They will also ask about shopping, who does it or, if you do, how
often. Again, it is important to note any changes in your routine that
you have made to accommodate your symptoms. Do you limit your driving
to the neighborhood and daytime only? Do you buy smaller amounts so
they are easier to carry or does a friend or spouse help with the major
that aren’t directly addressed in the questions, but they show ways
that your disability has affected you and your life. If there is no
“Remarks” question at the end, add a sheet labeled, “Additional
patience or the way in which you deal with your family or with others,
be sure to note that. If you have gone from being socially active to a
more reclusive lifestyle, tell them about that as well.
that illustrates the change you are describing. For example: Name the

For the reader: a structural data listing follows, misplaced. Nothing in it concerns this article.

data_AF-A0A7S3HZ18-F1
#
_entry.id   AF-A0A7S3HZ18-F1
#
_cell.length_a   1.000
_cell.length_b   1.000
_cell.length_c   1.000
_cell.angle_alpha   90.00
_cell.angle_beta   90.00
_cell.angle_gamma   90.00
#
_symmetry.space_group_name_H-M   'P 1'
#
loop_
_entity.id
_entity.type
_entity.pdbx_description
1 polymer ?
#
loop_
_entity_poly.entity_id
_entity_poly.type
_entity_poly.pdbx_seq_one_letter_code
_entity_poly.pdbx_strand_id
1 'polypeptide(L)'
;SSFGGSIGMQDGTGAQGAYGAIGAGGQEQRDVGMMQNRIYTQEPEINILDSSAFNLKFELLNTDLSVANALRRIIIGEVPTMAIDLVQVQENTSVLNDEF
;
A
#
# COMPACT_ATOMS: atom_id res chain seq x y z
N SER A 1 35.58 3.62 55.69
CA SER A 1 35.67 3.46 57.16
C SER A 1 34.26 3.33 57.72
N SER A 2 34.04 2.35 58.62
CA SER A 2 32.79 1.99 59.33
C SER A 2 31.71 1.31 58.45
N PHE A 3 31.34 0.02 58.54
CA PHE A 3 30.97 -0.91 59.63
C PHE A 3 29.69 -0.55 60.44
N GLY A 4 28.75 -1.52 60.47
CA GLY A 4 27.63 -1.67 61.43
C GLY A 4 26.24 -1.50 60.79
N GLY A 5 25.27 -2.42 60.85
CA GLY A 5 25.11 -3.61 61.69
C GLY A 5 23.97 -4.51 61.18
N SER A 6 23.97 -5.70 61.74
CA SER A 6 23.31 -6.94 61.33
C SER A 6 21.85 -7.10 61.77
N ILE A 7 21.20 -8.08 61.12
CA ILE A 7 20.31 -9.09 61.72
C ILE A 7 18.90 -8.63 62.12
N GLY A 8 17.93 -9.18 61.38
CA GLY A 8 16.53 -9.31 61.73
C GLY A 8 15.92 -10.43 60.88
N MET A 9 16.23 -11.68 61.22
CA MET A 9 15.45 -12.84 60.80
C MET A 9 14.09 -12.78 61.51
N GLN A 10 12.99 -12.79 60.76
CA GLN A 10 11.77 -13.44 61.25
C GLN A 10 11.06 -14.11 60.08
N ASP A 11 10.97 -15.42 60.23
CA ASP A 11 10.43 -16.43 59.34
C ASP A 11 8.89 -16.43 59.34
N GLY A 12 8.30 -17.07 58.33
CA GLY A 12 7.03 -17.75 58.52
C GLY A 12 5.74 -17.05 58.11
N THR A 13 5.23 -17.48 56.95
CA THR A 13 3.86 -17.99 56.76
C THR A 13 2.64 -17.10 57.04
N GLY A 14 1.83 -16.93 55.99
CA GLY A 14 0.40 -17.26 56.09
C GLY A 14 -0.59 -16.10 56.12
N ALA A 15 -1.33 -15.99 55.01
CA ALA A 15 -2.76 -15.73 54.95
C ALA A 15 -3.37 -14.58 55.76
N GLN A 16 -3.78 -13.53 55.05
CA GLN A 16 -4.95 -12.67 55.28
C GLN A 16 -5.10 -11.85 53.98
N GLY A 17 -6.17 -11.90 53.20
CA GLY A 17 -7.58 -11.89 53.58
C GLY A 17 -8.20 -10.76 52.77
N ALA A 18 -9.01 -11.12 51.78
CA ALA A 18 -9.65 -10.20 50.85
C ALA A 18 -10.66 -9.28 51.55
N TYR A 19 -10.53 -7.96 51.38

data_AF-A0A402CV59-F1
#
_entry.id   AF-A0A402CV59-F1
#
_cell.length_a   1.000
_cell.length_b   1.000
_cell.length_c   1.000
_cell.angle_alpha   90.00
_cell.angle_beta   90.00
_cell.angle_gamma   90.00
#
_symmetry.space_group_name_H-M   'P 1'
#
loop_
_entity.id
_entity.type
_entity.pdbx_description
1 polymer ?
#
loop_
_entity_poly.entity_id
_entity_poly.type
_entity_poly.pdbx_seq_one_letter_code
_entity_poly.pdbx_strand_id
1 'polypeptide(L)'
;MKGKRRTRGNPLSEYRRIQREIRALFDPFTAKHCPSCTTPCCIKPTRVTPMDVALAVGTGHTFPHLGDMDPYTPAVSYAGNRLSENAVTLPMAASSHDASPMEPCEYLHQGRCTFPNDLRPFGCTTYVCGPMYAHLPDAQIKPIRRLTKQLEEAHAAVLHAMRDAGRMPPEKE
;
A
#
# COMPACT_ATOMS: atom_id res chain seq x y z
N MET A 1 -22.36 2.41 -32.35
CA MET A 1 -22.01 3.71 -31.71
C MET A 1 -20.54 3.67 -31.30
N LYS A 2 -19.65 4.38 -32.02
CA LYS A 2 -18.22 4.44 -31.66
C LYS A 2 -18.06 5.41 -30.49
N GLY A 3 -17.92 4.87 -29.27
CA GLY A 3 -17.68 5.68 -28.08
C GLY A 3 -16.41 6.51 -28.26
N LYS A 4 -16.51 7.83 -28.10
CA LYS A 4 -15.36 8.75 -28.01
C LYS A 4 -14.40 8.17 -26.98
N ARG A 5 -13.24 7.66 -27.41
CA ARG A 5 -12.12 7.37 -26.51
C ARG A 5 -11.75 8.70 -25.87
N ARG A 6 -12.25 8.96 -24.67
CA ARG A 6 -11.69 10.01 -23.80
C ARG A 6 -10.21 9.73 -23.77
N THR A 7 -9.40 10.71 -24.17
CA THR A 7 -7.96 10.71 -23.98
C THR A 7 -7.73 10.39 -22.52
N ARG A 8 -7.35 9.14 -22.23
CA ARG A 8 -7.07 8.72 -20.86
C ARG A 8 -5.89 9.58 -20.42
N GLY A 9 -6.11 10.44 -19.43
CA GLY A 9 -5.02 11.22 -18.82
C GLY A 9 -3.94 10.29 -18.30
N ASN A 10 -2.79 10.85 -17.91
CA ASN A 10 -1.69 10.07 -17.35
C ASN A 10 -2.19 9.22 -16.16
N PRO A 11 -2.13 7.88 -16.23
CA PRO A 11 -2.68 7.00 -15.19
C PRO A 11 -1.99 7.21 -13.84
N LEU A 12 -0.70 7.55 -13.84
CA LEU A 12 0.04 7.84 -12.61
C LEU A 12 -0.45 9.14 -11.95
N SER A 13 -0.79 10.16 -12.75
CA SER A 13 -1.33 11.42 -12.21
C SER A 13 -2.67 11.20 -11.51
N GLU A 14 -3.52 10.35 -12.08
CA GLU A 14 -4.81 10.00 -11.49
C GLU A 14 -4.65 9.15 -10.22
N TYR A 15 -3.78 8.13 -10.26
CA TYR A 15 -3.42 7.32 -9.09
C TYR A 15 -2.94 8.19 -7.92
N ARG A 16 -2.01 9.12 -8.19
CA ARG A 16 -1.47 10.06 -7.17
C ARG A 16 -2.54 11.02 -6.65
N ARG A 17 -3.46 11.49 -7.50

TV show you turned off because it was too complicated to follow; tell
about the stool or small table you placed just outside your door to set
items on while unlocking the door; describe what tools and assists you
purchased or created to make certain tasks easier on you; describe how
you leave some groceries in the car and take them in at a later time.
This is the only opportunity
you have to show how the medical condition has affected your life and
your ability to function, so be sure to give all details of your
changes, limitations and accommodations. It is important to explain it
in detail. Do not assume that the analyst will assume anything; explain
it thoroughly. In addition to showing how you are unable to work
because of your condition, it will also give the analyst a more vivid
picture of the human being that is suffering—something that can’t be
learned from reading the medical facts.